17. High density, optically corrected, micro-channel cooled, v-groove monolithic laser diode array

    DOE Patents [OSTI]

    Freitas, B.L.

    1998-10-27T23:59:59.000Z

    An optically corrected, micro-channel cooled, high density laser diode array achieves stacking pitches to 33 bars/cm by mounting laser diodes into V-shaped grooves. This design will deliver > 4kW/cm{sup 2} of directional pulsed laser power. This optically corrected, micro-channel cooled, high density laser is usable in all solid state laser systems which require efficient, directional, narrow bandwidth, high optical power density pump sources. 13 figs.

  18. High density, optically corrected, micro-channel cooled, v-groove monolithic laser diode array

    DOE Patents [OSTI]

    Freitas, Barry L. (Livermore, CA)

    1998-01-01T23:59:59.000Z

    An optically corrected, micro-channel cooled, high density laser diode array achieves stacking pitches to 33 bars/cm by mounting laser diodes into V-shaped grooves. This design will deliver>4kW/cm2 of directional pulsed laser power. This optically corrected, micro-channel cooled, high density laser is usable in all solid state laser systems which require efficient, directional, narrow bandwidth, high optical power density pump sources.

  19. Ultra High Energy Cosmic Rays

    E-Print Network [OSTI]

    Todor Stanev

    2004-11-04T23:59:59.000Z

    We discuss theoretical issues and experimental data that brought the ultra high energy cosmic rays in the list of Nature's greatest puzzles. After many years of research we still do not know how astrophysical acceleration processes can reach energies exceeding 10$^{11}$ GeV. The main alternative {\\em top-down} mechanism postulates the existence of super massive $X$-particles that create a particle spectrum extending down to the observed energy through their decay channels. The propagation of nuclei and photons from their sources to us adds to the puzzle as all particles of these energies interact with the ambient photons, mostly of the microwave background. We also describe briefly the main observational results and give some information on the new experiments that are being built and designed now.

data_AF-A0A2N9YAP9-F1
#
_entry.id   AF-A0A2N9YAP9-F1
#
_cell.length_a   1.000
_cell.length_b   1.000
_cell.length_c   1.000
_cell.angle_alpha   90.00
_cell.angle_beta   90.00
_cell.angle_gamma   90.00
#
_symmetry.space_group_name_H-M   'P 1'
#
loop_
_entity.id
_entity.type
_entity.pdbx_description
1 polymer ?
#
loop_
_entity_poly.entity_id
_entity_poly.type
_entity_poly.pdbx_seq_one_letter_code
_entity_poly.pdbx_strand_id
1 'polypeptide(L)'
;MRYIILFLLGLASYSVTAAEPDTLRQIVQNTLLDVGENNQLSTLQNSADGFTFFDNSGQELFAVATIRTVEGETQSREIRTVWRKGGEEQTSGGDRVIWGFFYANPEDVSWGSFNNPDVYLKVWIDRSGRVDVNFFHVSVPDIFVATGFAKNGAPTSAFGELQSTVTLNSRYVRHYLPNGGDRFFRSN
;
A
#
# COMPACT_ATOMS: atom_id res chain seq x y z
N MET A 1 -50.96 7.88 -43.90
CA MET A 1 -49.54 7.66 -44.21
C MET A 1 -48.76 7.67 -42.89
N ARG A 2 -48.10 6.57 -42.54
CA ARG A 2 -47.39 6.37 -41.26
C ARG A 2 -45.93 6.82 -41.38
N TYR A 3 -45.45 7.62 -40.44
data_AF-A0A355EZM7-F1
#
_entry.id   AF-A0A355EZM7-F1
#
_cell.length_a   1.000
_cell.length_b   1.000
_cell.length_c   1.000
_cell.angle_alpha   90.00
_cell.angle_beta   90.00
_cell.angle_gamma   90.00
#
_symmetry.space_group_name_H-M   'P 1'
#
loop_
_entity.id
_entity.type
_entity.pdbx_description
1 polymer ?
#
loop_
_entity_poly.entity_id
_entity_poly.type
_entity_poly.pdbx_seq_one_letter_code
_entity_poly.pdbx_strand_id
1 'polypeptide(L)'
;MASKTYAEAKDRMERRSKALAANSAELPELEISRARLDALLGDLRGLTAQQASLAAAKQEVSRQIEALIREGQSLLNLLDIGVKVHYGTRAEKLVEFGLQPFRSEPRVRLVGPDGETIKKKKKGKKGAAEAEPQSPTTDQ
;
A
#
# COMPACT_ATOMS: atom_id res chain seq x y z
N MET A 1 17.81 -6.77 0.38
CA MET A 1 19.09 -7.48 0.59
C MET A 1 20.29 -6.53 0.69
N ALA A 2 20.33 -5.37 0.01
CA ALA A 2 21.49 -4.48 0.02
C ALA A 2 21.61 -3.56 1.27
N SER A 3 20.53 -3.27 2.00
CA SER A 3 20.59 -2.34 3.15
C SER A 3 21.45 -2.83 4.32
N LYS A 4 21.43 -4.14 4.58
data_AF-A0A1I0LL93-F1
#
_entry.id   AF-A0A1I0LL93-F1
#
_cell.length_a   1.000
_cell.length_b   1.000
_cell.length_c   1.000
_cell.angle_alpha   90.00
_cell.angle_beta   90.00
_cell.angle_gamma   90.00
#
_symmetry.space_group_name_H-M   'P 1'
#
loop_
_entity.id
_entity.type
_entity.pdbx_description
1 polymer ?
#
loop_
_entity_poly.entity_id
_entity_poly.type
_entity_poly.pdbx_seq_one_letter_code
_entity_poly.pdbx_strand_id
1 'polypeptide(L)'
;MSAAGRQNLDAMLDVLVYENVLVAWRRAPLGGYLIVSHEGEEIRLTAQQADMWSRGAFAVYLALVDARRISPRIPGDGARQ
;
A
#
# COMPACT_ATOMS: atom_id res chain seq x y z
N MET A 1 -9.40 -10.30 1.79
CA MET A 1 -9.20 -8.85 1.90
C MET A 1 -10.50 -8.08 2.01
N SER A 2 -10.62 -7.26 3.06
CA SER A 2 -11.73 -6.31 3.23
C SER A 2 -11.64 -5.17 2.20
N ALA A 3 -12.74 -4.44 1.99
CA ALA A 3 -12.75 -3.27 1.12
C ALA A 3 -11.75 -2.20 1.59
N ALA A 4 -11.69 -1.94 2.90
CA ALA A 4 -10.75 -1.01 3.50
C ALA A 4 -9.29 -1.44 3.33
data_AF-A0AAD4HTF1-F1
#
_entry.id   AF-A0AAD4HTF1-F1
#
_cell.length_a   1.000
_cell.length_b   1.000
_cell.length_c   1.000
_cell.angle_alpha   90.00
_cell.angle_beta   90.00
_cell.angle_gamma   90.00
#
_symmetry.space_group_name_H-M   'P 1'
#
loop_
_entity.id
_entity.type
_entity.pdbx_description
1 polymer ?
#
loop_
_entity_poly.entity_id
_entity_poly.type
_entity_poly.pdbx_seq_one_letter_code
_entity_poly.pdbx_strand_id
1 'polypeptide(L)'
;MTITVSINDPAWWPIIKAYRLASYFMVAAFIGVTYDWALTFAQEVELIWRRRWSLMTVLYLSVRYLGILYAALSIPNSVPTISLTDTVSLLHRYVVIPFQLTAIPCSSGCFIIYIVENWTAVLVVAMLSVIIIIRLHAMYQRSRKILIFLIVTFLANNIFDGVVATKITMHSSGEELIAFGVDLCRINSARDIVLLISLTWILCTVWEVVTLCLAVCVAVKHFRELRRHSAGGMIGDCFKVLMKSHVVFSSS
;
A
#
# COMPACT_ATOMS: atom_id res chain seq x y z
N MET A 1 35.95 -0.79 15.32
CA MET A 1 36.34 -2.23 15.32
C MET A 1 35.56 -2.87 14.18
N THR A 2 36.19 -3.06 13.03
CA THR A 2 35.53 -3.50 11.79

20. Loops and Power Counting in the High Density Effective Field Theory

    E-Print Network [OSTI]

    Thomas Schaefer

    2003-10-15T23:59:59.000Z

    We introduce the high density effective theory of QCD. We discuss, in particular, the problem of developing a consistent power counting scheme.

  1. The Nuclear Equation of State at high densities

    E-Print Network [OSTI]

    Christian Fuchs

    2006-10-10T23:59:59.000Z

    Ab inito calculations for the nuclear many-body problem make predictions for the density and isospin dependence of the nuclear equation-of-state (EOS) far away from the saturation point of nuclear matter. I compare predictions from microscopic and phenomenological approaches. Constraints on the EOS derived from heavy ion reactions, in particular from subthreshold kaon production, as well as constraints from neutron stars are discussed.

  2. Building A Universal Nuclear Energy Density Functional (UNEDF)

    SciTech Connect (OSTI)

    Carlson, Joe, Los Alamos National Laboratory, Los Alamos, NM; Furnstahl, Dick, Ohio State University, Columbus, OH; Horoi, Mihai, Central Michigan University, Mount Pleasant, MI; Lusk, Rusty, Argonne National Laboratory, Argonne, IL; Nazarewicz, Witek, University of Tennessee, Knoxville, TN; Ng, Esmond, Berkeley National Laboratory, Berkeley, CA; Thompson, Ian, Lawrence Livermore National Laboratory, Livermore, CA; Vary, James, Iowa State University, Ames, Iowa

    2012-09-30T23:59:59.000Z